The phenomenal reality of climate change is ringing alarm bells, not merely in the halls of science, but also in the boardroom. And while world governments scramble to get their act together for the COP21 meeting, business leaders too are requesting that incentives be considered that improve the business case for low greenhouse gas emitting operations. Of some of the world’s largest companies surveyed by Accenture, 91% agree that it is time for decisive action, yet many businesses cannot act to change due to market limitations – even if their leadership sees the long term value of change. Governments, according to the report, need to create clear policies that incentivise change, including legislative and fiscal mechanisms to increase investment in climate solutions.
That climate change is the result of human activity is supported by the majority of recent scientific findings. The risks posed by climate change on humanity, socially and economically, as well as the wider biodiversity of the planet’s various ecosystems, is now well established. Climate change is expected to have its greatest impact in the long term. But to address it, and avoid dangerous temperature increases, change is needed now.
Governments, in response to assessments of the wide and deep impact that high levels of climate change are projected to have on the current form of human civilisation – have been spurred into an almost universally accepted global accord to limit warming to a 2 C level. A level seen by many as the upper bound of inhibiting the more severe negative climate effects on the world’s people and biodiversity. Governments have however, according to many displayed weak leadership in the development of targets that are likely to limit warming to 2C. A recent study from Ecofys for instance shows that the US needs to put more effort into meeting the target, with many other economic powerhouses too showing lacklustre commitment.
Besides government targets and regional initiatives (such as the C40 Cities Climate Leadership Group for instance), business too across the board have started to wake up to the dangers posed by climate on their interests, ranging from banking (sustainable banking) to asset management (sustainable investments) and manufacturing (green supply chains). To gain more insight in the private sector dynamics, prepared to spur action at the COP21 conference in Paris, Accenture and United Nations Global Compact partnered to assess the role business can play in adapting their practices to the realities of climate change, as well as examine policies that can help shift focus from the still dominant profit imperative. The research, titled ‘A Call to Climate Action’, involved two surveys, the first of CEOs, and another involved 750 Global Compact participants, drawn from 152 countries across 41 industry sectors.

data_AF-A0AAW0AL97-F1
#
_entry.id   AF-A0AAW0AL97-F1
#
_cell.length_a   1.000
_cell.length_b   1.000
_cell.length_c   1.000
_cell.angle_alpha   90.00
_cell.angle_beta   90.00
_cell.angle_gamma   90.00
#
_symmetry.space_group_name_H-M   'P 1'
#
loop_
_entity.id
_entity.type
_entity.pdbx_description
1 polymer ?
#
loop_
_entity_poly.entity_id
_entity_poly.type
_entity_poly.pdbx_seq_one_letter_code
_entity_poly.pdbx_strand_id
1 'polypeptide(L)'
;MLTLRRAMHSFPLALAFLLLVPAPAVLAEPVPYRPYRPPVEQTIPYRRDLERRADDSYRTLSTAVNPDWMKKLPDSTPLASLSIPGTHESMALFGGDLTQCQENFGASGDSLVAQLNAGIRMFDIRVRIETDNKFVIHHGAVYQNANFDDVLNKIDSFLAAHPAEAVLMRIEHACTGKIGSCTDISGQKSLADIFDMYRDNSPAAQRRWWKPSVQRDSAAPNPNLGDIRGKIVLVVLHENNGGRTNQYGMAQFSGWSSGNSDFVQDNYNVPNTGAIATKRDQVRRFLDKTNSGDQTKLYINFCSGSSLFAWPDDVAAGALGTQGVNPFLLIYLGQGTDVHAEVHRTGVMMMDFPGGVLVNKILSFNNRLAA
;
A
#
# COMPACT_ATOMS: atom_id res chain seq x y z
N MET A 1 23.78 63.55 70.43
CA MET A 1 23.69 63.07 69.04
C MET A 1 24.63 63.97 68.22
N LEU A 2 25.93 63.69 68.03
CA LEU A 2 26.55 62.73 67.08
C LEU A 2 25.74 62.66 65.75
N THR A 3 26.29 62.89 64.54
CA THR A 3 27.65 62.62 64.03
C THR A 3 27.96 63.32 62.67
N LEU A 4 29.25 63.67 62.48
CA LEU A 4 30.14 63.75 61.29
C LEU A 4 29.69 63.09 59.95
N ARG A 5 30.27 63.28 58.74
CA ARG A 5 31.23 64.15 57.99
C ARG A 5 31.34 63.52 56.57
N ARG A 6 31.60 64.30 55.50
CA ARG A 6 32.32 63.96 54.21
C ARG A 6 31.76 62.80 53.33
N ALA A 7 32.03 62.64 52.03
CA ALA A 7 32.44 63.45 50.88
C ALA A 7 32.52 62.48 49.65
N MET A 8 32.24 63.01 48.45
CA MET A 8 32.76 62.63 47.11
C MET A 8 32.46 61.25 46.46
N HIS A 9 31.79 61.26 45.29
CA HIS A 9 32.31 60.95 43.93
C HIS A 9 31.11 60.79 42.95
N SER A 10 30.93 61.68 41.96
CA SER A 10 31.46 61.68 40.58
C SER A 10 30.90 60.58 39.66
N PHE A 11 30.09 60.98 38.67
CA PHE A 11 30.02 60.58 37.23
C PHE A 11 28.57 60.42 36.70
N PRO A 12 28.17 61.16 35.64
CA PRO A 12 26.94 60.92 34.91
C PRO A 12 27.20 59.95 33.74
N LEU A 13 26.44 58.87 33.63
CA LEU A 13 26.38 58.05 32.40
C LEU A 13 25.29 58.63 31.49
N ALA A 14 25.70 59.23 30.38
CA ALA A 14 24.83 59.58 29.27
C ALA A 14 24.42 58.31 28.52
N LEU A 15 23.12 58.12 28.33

The importance of climate change, for long time denied by interested parties, has now become a legitimate business issue – in part because the impact to business is becoming clearer. The research highlights that 48% of businesses strongly agree that climate challenge is significant and that action is an urgent priority for business. A further 43% agree that it is a significant challenge, 7% are neutral to the question while 1% disagrees and another 1% strongly disagrees.
While the issue is now being recognised, many of the industries – even where there is unanimous agreement that there is an issue – have their hands tied in terms of making sufficient efforts to restrict global warming to less than 2C because of structural market conditions. In mining for instance, 100% of CEOs surveyed see the issue, but only 35% feel sufficient efforts are being made in the industry. Utilities comes out somewhat better, with 44% believing enough is being done. Industrial Engineering is the most optimistic about sufficient efforts at 53%. Support Services has the lowest felt efforts at 12% of respondents from the sector, Financial Services – the industry financing many of the world’s largest projects – comes in at 25%, while Energy comes a notch higher at 26%.
Business as usual
While companies feel that they aren’t doing enough, there is wide spread agreement among companies that there is a clear business case for action on climate change. This is particularly pronounced in the Utilities industry, where 38% strongly agree that there is a business case for action on climate change within their industry, while 41% agree to the proposition. Chemicals comes in second overall, with 13% strongly agreeing while 52% agree. In third is the Mining & Metals industry, with 50% agreeing and 10% strongly agreeing. The industries with the least agreement that there is a case are Support Services, Electronics and Tech, and Health and Pharma, with 38%, 35% and 34% respectively.